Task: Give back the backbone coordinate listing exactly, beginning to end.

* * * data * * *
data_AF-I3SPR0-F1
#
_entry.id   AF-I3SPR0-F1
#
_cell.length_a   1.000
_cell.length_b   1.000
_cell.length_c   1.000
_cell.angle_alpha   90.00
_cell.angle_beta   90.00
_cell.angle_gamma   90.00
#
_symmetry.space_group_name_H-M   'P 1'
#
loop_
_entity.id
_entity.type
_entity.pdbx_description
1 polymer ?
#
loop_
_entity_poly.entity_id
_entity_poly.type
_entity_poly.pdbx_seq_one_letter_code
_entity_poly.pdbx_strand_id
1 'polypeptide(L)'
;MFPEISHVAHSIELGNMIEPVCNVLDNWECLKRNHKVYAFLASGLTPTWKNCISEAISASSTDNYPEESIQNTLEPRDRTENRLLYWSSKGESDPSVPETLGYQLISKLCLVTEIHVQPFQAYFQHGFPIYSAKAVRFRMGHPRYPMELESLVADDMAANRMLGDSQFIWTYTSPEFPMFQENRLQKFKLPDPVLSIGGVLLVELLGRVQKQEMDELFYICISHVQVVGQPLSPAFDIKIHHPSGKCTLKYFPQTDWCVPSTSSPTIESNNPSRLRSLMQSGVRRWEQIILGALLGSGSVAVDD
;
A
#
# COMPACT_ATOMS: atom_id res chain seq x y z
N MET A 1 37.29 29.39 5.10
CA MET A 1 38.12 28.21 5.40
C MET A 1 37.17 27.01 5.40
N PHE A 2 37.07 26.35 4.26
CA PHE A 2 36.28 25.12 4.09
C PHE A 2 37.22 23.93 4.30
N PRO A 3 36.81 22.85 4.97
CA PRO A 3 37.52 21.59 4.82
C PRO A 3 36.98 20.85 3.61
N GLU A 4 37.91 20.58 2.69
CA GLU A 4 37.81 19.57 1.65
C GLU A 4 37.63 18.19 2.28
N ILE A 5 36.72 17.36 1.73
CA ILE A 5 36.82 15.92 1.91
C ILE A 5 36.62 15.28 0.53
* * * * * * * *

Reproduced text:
data_AF-I3SPR0-F1
#
_entry.id   AF-I3SPR0-F1
#
_cell.length_a   1.000
_cell.length_b   1.000
_cell.length_c   1.000
_cell.angle_alpha   90.00
_cell.angle_beta   90.00
_cell.angle_gamma   90.00
#
_symmetry.space_group_name_H-M   'P 1'
#
loop_
_entity.id
_entity.type
_entity.pdbx_description
1 polymer ?
#
loop_
_entity_poly.entity_id
_entity_poly.type
_entity_poly.pdbx_seq_one_letter_code
_entity_poly.pdbx_strand_id
1 'polypeptide(L)'
;MFPEISHVAHSIELGNMIEPVCNVLDNWECLKRNHKVYAFLASGLTPTWKNCISEAISASSTDNYPEESIQNTLEPRDRTENRLLYWSSKGESDPSVPETLGYQLISKLCLVTEIHVQPFQAYFQHGFPIYSAKAVRFRMGHPRYPMELESLVADDMAANRMLGDSQFIWTYTSPEFPMFQENRLQKFKLPDPVLSIGGVLLVELLGRVQKQEMDELFYICISHVQVVGQPLSPAFDIKIHHPSGKCTLKYFPQTDWCVPSTSSPTIESNNPSRLRSLMQSGVRRWEQIILGALLGSGSVAVDD
;
A
#
# COMPACT_ATOMS: atom_id res chain seq x y z
N MET A 1 37.29 29.39 5.10
CA MET A 1 38.12 28.21 5.40
C MET A 1 37.17 27.01 5.40
N PHE A 2 37.07 26.35 4.26
CA PHE A 2 36.28 25.12 4.09
C PHE A 2 37.22 23.93 4.30
N PRO A 3 36.81 22.85 4.97
CA PRO A 3 37.52 21.59 4.82
C PRO A 3 36.98 20.85 3.61
N GLU A 4 37.91 20.58 2.69
CA GLU A 4 37.81 19.57 1.65
C GLU A 4 37.63 18.19 2.28
N ILE A 5 36.72 17.36 1.73
CA ILE A 5 36.82 15.92 1.91
C ILE A 5 36.62 15.28 0.53